Eight exquisite examples of the Mercedes-Benz W 06 model series are loosely grouped as if picturesquely draped around the bubbling fountain in front of the Grandhotel Schloss Bensberg, impatiently awaiting their day trip on such a beautiful morning: an S model, three SS and three SSK models, and an authentically manufactured SSKL replica. Also joining them is a sole K model – the predecessor, as you’re probably already aware. These chirpy 90-year-old machines are archaic alternatives to the vehicles of our times, 183 years after the birth of Gottlieb Daimler and 173 years after that of Carl Benz; alternatives to everything which defines the near future: silent electromobility and the growing emancipation of vehicles from their users.
“The design is such that, during driving, the driver need only operate the steering, the foot brake, the signals and the foot-attached accelerator lever, which simultaneously controls the fan, with no further action required,” is the noble and complex take on things in the Description and Owner’s Manual for the Mercedes-Benz S models. As if all that wasn’t enough! “A German oak tree of a car” is how Grand Prix legend Rudolf Caracciola once described the gnarly, indestructible piece of cultural heritage known internally at Daimler-Benz as the W 06. And he was right. He knew what he was talking about – at the latest when he won the Mille Miglia in 1931 in the SSKL.
And in front of the charisma of these glorious eight vehicles, the appeal of all other vehicles in the convoy or those left standing in its wake suddenly appears to fade. Be it a 300 SL Roadster or the former Jaguar XK 140 of the buxom actress Anita Ekberg; even an almost six-metre- long Daimler 420 DS in an astoundingly fresh condition has nothing on them. The 230-kilometre course around the Rhineland region serves two good causes: it supports the ‘Stiftung schwerkrankes Kind’ foundation for critically ill children, as well as commemorating the German racing legend Wolfgang Graf Berghe von Trips in his childhood home town and final resting place of Horrem, near Cologne. In May this year, he would have been 89 years old.
Different times, different emotions – when Graf Trips died on 10 September 1961 in Monza following a racing accident, his passing shocked many Germans. Among them was Hans Herrmann, one of the few racing drivers of the wild 1950s still alive today and a friend of Trips – even after so many years, he is still deeply moved by the events. Whenever the Mercedes-Benz Kompressor- Club heads out on a journey, the journey itself is the destination. During the autobahn stages on the A4, A61 and A1, the voluminous six-cylinders happily cough out their soot. Even at 170 km/h and a steady 2,900 rpm in fourth gear, the engine leaves no doubt about it: the vehicle features a multitude of mechanical components which powerfully cooperate with one another to deliver a concerto grosso for the tough men and women on board.
These straight sprints are counterbalanced by the picture-perfect passage through Germany’s Eifel region between Satzvey and the Ahr Valley near Kreuzberg, before the convoy heads on toward Bad Münstereifel, home of German Schlager singer Heino, and the Effelsberg radio telescope deep down between the wooded hilltops. “By reason of its special design principle, the car is especially calm on rough roads and when cornering,” confirms the Owner’s Manual. And it was right: “The road was well suited to our cars,” praises Franz Maag, a prominent face of the German Kompressor scene at the end of the day. With 4.5 bar in the front tyres, a two-tonne car like this is particularly easy to steer, even through the sweeping bends of the Ahr mountains. At the end of the journey, his SS model had drunk 50 litres of fuel out of the reservoir, corresponding to roughly 20 litres per 100 kilometres.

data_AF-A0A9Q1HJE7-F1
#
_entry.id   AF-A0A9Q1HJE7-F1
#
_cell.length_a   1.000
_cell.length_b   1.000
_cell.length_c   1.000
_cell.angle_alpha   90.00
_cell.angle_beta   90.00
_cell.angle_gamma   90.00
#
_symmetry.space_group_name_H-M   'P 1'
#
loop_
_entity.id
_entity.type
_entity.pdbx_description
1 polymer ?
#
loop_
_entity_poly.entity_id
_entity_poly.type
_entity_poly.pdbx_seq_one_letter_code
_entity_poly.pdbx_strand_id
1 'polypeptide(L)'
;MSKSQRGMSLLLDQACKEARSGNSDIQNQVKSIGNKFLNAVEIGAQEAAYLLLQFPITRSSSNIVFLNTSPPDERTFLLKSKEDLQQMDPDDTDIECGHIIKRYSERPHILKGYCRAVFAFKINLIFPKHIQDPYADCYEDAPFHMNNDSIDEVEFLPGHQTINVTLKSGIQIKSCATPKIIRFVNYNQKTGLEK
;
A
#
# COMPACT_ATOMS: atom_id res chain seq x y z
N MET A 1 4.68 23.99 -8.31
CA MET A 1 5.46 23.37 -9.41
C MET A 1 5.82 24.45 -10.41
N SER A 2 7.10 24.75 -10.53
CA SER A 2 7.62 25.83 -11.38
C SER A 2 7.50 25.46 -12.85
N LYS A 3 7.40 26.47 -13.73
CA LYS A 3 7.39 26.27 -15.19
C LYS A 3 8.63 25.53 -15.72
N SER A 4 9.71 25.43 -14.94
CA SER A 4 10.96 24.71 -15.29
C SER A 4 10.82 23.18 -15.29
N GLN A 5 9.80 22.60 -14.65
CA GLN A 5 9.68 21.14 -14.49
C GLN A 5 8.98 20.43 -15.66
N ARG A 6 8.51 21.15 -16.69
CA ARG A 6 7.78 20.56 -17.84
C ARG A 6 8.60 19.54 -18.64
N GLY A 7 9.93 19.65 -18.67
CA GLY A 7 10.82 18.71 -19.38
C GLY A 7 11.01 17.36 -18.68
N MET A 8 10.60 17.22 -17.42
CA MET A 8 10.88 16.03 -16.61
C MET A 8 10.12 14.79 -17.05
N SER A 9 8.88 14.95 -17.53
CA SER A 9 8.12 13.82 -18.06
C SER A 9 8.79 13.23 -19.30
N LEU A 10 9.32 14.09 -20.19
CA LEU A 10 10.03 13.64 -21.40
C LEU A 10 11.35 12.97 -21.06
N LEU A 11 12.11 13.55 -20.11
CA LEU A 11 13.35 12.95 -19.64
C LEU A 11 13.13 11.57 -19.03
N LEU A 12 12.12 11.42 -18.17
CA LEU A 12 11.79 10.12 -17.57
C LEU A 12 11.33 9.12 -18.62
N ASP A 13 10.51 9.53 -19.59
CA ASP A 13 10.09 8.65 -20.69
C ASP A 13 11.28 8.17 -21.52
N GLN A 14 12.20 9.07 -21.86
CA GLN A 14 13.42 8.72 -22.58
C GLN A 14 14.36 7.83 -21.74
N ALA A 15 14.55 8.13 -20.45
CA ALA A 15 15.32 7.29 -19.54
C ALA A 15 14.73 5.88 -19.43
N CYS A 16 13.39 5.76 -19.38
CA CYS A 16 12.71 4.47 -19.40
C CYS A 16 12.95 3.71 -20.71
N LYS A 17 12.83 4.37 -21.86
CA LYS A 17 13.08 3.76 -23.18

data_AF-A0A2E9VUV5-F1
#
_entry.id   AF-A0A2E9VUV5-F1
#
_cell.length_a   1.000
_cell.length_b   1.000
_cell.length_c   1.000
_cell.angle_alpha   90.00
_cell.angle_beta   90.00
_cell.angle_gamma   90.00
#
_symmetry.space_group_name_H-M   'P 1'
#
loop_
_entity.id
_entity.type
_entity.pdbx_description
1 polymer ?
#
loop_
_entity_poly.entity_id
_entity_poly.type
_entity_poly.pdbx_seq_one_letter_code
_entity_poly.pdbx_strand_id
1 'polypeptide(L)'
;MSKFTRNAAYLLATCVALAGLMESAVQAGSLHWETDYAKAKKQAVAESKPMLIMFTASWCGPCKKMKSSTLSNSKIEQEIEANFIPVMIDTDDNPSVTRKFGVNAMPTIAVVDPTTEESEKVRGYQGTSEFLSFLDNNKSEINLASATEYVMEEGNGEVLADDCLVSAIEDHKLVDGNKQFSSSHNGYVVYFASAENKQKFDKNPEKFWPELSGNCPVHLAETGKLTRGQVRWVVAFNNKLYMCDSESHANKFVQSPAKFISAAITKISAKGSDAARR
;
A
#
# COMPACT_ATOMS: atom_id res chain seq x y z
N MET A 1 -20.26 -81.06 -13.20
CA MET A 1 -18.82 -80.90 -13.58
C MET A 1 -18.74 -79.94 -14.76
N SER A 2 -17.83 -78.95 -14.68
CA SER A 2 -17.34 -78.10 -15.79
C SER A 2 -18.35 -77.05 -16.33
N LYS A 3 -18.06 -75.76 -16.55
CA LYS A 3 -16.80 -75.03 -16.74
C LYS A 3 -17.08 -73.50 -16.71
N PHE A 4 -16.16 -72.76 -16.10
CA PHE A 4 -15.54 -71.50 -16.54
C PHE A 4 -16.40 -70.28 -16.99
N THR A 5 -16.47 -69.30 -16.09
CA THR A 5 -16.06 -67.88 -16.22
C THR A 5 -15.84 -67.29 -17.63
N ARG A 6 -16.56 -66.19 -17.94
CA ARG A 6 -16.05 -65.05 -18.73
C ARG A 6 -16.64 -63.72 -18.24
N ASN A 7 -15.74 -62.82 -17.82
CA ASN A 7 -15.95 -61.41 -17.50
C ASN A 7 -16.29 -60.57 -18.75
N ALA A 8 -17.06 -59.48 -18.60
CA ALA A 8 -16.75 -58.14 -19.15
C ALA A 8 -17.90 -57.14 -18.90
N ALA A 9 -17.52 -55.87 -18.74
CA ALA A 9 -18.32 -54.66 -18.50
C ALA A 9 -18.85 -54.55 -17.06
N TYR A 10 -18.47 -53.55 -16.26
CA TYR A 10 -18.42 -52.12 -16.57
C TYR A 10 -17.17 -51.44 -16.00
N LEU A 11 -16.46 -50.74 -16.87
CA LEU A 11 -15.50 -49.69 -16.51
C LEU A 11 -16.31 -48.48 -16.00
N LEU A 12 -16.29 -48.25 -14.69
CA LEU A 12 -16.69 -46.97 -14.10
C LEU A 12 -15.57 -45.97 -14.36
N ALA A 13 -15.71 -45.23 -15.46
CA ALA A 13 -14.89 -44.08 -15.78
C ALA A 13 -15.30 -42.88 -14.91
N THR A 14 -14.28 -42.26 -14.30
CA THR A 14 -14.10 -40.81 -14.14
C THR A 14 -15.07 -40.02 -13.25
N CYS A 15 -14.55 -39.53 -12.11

Roads also lead to destinations. Power needs feeding – even in such nimble classics. But the special registration plates for classic cars serve almost as an official letter of excuse for the car’s thirst. Roads also lead to destinations. The first one of the day: Trips’ Hemmersbach Castle at the edge of Horrem. Trips expert and biographer Jörg Thomas Födisch stands in the gallery between the wing-shaped entrance steps and speaks of the life and death of the German sporting hero from the late 1950s, who was dubbed “the last knight”. He talks of a rather aloof nature, but also of chivalry and inner nobility.
Meanwhile Hanno Jager, once a mechanic for the racing driver, also shares anecdotes with the group. In his small workshop nearby, he serviced and cared for the Earl’s private vehicle and even had to knock a few dents out of it. A short walk leads to Villa Trips, which houses all sorts of memorabilia and keepsakes, which were all highly sought after at the time. The excursion, or rather immersion, into a world of sports ends at the other side of the town at the Trips family mausoleum. Hans Herrmann holds back. He placidly explains that it was all a bit too much for him today. The day was varied and eventful, bringing in 20,000 euros for the good cause.
Driving in the Mercedes-Benz W 06 model series is always a very special privilege, and a challenge. Coming up to that challenge gives drivers a certain nobility: “Cars with the class and pedigree of a Mercedes require tactful driving, as they are valuable instruments – thoroughbred creations which can only deliver their all at the hands of a dignified driver,” comes the almost poetic description from the Owner’s Manual. That’s still true 90 years on.